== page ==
And their efforts going forward were little more than frustrating. Ahearne-Grant getting in behind, but opting to shoot from a tight angle when a cross in the direction of the awaiting Ghoochannejhad may have been more useful. Charlton couldn’t afford for decision making in the final third to be so poor.
Nor could they afford for their defensive organisation to be completely non-existent. No one bothered to pick up Dean Marney, who came to collect a short corner, and his pull back to Arfield found the back of the net via a deflection off the sea of White and Red bodies in the middle. With 37 minutes still to play, the Addicks had gifted the game to their opponents.
Desperate cries of encouragement heard from the away end, but they were made even more meaningless just two minutes later. Possession lost in the middle, allowing George Boyd to slide through the unmarked and unpressured Gray, who finished with all the composure and class Charlton lacked. The Addicks had made a side without a goal in three games appear ruthless and rampant.
The game most certainly over, particularly given the body language of those represented the Addicks. As was the case after the goals were conceded against Brighton and Bolton, this side looked broken. Heads down, energy depleted, effort lacking.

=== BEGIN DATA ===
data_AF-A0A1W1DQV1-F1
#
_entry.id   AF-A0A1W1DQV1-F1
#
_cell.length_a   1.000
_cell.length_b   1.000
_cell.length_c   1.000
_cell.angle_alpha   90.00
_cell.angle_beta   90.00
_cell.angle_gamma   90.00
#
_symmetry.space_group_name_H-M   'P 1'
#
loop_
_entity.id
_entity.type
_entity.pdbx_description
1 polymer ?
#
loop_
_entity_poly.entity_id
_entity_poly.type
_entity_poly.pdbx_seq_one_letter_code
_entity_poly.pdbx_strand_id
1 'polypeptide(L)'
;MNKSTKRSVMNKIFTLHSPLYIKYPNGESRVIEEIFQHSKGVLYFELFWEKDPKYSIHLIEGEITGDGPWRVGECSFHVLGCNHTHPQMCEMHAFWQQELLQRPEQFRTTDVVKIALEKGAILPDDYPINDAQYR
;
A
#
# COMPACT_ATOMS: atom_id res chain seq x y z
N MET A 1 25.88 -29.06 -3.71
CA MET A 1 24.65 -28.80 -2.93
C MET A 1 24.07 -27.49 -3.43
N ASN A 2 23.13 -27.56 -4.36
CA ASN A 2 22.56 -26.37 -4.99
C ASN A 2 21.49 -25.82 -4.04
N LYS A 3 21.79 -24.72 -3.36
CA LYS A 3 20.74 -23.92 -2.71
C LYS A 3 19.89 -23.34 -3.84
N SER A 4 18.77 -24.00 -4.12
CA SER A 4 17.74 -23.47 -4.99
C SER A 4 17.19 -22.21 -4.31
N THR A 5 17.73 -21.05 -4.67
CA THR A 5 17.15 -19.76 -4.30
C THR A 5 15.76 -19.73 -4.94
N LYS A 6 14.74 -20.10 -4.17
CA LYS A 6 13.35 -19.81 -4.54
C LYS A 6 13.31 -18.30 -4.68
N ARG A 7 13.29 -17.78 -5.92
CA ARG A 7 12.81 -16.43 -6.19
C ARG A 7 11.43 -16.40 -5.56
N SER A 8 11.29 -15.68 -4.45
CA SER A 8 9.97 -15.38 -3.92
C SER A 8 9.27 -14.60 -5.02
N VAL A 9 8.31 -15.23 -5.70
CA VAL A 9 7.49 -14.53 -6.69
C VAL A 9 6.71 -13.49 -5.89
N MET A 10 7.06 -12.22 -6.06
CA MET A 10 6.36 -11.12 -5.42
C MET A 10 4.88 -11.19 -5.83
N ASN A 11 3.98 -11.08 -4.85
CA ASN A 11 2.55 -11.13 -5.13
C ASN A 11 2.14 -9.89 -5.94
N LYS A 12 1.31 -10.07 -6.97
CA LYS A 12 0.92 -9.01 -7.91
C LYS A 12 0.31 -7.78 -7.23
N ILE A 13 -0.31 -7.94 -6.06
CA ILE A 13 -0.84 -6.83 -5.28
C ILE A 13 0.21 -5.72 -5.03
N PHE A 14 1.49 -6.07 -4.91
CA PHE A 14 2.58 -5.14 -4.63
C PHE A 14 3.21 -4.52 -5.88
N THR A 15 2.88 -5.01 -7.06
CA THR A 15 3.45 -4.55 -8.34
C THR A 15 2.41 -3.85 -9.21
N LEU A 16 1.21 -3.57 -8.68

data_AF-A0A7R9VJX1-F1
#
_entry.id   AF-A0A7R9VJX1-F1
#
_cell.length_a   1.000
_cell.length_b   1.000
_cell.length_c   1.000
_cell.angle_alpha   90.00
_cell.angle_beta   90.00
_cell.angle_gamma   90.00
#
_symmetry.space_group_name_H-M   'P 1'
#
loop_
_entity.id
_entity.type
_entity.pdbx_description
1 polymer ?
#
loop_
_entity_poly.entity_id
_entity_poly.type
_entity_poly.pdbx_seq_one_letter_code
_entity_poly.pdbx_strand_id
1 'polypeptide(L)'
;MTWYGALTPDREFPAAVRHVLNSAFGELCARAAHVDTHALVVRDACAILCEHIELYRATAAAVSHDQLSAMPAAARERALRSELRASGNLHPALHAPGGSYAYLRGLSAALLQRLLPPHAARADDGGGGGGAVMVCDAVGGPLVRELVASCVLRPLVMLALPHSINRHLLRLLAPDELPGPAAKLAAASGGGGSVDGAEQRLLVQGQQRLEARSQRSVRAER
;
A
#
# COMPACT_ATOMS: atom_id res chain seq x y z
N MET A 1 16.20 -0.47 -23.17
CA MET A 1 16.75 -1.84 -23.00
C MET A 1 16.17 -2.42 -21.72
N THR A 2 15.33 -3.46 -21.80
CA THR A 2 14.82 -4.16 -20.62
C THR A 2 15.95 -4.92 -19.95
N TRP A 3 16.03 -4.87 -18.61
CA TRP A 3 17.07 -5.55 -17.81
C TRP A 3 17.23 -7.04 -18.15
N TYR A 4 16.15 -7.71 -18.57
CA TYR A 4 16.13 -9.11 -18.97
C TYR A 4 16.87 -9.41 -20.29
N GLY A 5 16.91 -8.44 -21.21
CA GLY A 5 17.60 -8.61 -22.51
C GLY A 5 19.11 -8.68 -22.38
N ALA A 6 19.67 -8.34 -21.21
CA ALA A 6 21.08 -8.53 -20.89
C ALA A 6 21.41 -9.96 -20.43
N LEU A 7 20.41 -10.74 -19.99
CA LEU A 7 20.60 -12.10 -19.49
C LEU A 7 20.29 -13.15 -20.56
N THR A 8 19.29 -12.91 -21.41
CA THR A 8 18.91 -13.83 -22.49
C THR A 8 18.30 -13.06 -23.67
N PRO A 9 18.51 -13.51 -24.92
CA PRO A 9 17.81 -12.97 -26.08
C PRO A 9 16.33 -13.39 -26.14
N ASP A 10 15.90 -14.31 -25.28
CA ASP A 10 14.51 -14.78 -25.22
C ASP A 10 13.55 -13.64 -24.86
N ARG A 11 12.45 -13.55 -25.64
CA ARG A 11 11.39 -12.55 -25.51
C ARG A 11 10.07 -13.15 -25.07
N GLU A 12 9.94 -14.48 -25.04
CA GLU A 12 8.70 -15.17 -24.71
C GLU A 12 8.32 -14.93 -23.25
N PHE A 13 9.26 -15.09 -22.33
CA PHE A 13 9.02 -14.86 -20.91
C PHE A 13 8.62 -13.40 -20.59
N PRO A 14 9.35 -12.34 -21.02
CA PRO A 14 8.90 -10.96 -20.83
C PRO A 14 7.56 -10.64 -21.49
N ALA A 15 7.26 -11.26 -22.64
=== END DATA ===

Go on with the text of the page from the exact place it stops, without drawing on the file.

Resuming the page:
Ghoochannejhad attempted to disprove such a theory, forcing a superb save out of Tom Heaton with a volley from Ahearne-Grant’s cross before teeing up Jackson to curl into the England goalkeeper’s hands, but this was little more than a token gesture.
Particularly with Diarra, providing a degree of composure in the middle, soon replaced by Bergdich, a player with no history at Charlton. Injury to Bauer, forcing Sarr to take to the pitch and immediately almost gifting Vokes a clear run on goal, only making matters worse.
By this time, those in the away end had found alternative entertainment. A back catalogue of player chants, in addition to laughing at their own side’s woes. Doing nothing would have led to insanity.
So would a Burnley fourth, which the hosts continued to threaten to score. The Clarets completely dictating play against a Charlton side that, despite giving very little, seemingly had nothing left to give. Marney’s strike kept out by a combination of Sarr and Henderson, and Vokes heading Barton’s corner narrowly wide.
That Dyche’s side added to their goal tally, therefore, was not a great surprise. Another Lowton cross from the right unchallenged, picking out an unmarked Vokes, who found the bottom corner with an intelligent flick.
But the greater suffering for Charlton supporters was provided by the fact there remained a further 12 minutes. Busying themselves with chants against Duchatelet and Meire, as Ghoochannejhad stabbed half-heartedly towards goal.